Dear Rabbi Fried,
You once argued that displaying dead bodies in a public exhibit flies in the face of the sanctity of the human body. I have trouble fathoming what sanctity there is to the human body any more than any other animal body. I assume you would not take such issue with an exhibit of animal bodies showing their anatomy and would like to understand why your perspective is so different for humans.
The holiness of the human body can be understood on a few levels. One area where the Torah reveals this is in the prohibition to maim or inflict any wound upon the body unnecessarily. Even if one wants to do so, we were not given that license as our bodies were not given to us to do as we want, rather entrusted to us as a sacred trust from the Al-mighty to use this body owned by Him. This is much as we do not own our children to do with them as we please but were entrusted with them to help nurture them to grow in their own paths and lives.
The body is said to be a partner with the soul in its struggle to serve G-d in this world. There isn’t a single mitzvah that the soul can perform without its cohort, the body. G-d purposely set up the world in that way, that there are animals that are all body; angels that are all soul; and man, who is the combination of the two. This is the underlying foundation for the Jewish belief in the eventual Revival of the Dead. That period, also known as “Olam Haba” or the Next World, the final world of the ultimate reward, must first be ushered in by the reunification of the bodies with their souls. Why is this so? Why cannot the souls themselves, which are eternal, receive that reward?
My late mentor, R’ Shlomo Wolbe, explained that it is only fair that both partners, the body and the soul, should together share in the final, ultimate bliss which could come about only as the result of their partnership. Since all the mitzvos were performed with the body, the soul could not possibly receive that reward alone. This speaks volumes about the way we look at the human body.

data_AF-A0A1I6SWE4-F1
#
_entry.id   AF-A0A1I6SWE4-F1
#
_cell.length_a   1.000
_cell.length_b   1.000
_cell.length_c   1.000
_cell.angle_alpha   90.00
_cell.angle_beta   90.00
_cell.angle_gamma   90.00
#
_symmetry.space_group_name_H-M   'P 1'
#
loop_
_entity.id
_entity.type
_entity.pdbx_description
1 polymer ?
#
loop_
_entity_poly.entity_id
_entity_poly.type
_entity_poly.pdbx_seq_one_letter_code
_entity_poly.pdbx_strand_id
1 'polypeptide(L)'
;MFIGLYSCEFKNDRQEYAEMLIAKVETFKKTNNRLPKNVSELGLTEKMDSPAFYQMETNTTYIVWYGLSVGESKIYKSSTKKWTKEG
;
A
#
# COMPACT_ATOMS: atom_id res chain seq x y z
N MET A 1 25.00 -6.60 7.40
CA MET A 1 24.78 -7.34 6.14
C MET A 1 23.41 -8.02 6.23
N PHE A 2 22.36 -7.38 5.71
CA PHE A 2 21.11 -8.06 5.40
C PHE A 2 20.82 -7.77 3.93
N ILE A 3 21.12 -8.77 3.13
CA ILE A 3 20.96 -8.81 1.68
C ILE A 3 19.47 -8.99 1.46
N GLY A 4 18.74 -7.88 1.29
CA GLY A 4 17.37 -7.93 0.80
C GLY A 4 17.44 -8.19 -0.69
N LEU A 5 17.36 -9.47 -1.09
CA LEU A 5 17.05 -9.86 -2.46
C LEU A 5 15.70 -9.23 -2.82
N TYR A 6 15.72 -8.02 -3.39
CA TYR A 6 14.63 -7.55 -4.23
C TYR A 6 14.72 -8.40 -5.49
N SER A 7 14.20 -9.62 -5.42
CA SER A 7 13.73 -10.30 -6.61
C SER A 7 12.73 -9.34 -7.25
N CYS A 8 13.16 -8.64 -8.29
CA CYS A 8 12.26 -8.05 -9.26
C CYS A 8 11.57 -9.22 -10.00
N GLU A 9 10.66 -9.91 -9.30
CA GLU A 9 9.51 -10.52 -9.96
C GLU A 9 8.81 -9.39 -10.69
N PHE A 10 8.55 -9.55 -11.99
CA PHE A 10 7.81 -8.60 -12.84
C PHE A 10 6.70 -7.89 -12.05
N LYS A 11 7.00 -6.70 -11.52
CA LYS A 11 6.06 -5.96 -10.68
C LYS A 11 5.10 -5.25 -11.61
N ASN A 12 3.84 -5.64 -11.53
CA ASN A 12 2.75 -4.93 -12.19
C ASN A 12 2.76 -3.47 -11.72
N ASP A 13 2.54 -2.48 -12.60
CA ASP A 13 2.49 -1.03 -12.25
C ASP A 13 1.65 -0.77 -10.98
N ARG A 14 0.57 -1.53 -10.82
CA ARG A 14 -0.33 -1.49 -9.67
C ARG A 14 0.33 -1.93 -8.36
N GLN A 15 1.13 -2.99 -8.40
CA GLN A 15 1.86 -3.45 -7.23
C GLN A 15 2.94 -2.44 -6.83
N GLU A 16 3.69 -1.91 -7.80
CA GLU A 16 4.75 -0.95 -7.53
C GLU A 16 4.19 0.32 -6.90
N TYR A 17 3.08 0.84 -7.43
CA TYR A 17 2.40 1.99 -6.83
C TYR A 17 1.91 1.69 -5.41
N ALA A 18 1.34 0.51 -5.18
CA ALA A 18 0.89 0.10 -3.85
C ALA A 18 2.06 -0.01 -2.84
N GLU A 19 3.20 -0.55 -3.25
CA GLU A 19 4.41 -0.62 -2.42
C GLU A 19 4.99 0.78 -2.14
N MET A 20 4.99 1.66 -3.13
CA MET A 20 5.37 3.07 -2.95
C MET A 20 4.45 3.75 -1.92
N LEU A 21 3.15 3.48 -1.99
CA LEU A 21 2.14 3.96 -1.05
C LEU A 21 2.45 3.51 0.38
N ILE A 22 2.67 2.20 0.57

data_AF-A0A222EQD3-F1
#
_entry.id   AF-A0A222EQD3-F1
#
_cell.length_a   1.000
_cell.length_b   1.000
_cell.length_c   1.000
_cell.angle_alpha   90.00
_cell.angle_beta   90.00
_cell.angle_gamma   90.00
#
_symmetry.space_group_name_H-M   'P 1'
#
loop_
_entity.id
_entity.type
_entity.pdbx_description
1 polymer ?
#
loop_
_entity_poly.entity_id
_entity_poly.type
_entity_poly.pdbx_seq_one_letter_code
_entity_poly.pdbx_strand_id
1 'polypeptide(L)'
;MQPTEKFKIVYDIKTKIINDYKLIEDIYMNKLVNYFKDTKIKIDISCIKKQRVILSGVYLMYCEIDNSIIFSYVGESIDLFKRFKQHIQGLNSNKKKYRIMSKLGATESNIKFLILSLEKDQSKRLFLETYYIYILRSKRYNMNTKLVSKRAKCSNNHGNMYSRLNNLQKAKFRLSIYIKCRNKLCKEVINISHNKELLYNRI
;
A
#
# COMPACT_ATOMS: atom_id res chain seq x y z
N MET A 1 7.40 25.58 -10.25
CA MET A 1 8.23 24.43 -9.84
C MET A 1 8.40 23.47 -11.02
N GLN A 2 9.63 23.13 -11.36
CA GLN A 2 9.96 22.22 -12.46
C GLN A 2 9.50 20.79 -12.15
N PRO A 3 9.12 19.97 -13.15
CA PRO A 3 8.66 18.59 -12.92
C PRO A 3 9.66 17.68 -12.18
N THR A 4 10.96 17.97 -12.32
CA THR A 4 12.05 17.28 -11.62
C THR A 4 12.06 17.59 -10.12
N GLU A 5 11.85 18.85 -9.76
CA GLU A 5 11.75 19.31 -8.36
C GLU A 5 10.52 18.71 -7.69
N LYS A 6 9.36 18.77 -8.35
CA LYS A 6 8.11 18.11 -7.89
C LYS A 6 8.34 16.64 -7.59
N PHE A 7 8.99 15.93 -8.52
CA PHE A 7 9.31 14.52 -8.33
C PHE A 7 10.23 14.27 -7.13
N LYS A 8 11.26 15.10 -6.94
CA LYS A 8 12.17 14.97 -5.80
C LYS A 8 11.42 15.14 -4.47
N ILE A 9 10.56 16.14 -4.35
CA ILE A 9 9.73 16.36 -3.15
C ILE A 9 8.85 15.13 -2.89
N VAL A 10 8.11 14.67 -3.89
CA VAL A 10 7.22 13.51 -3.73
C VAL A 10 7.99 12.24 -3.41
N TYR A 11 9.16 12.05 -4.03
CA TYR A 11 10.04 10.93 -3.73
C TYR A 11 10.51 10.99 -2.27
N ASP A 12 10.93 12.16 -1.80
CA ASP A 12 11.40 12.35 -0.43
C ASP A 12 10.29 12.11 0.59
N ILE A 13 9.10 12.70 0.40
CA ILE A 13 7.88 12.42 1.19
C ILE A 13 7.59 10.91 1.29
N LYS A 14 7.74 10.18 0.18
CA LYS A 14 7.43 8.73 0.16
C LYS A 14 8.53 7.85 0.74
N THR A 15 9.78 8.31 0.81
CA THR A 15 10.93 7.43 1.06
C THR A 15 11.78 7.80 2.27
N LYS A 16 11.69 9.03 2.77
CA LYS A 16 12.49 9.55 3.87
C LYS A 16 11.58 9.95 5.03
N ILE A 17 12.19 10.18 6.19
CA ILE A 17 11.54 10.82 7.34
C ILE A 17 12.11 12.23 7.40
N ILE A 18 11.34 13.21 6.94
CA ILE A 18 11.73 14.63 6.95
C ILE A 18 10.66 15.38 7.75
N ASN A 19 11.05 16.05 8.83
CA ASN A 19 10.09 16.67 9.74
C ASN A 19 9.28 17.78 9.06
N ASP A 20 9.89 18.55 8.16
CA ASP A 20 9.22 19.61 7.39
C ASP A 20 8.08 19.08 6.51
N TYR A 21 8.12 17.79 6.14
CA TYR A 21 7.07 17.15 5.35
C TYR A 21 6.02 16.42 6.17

The Kabbalistic writings closely connect every limb, muscle and sinew of the human body to a specific mitzvah of the Torah. There are said to be a count of 248 limbs and 365 main sinews of the body, corresponding to the 248 positive mitzvos (the “dos”) and the 365 negative mitzvos (the “don’ts”). Every time a mitzvah is performed, the part of that body which parallels that mitzvah becomes elevated and sanctified.
Throughout the Torah we find G-d described in human terms: He took us out of Egypt with an “outstretched arm,” His “eyes” are upon us, He “hears” our affliction, etc. This is difficult to understand, as it is a core belief of Judaism that G-d has no physicality.
One answer given by the commentators is that these are anthropomorphisms, meaning just a way for us to have an inkling of what is happening using human experiences we can appreciate and fathom.
The deeper answer given by the Kabbalists is that all that G-d performs in this world is parallel to similar attributes in the human body. There is a type of “spiritual human body” which is the sum-total of all the upper, spiritual worlds. G-d created the physical human body in sync with all that He wishes to relate and express through His divine providence throughout all of human history. This is an entirely new insight on the loftiness and holiness of the human body; its very essence is nothing less than an expression of G-dliness in the world. This is implicit in the verse that man was created “in the image of G-d” (Genesis 1:27).
This explains the tremendous responsibility we hold to be the proper stewards of the gift of the body we have received, and our obligation to treat it with the proper respect and sanctity it deserves.
Rabbi Yerachmiel Fried is dean of Dallas Area Torah Association.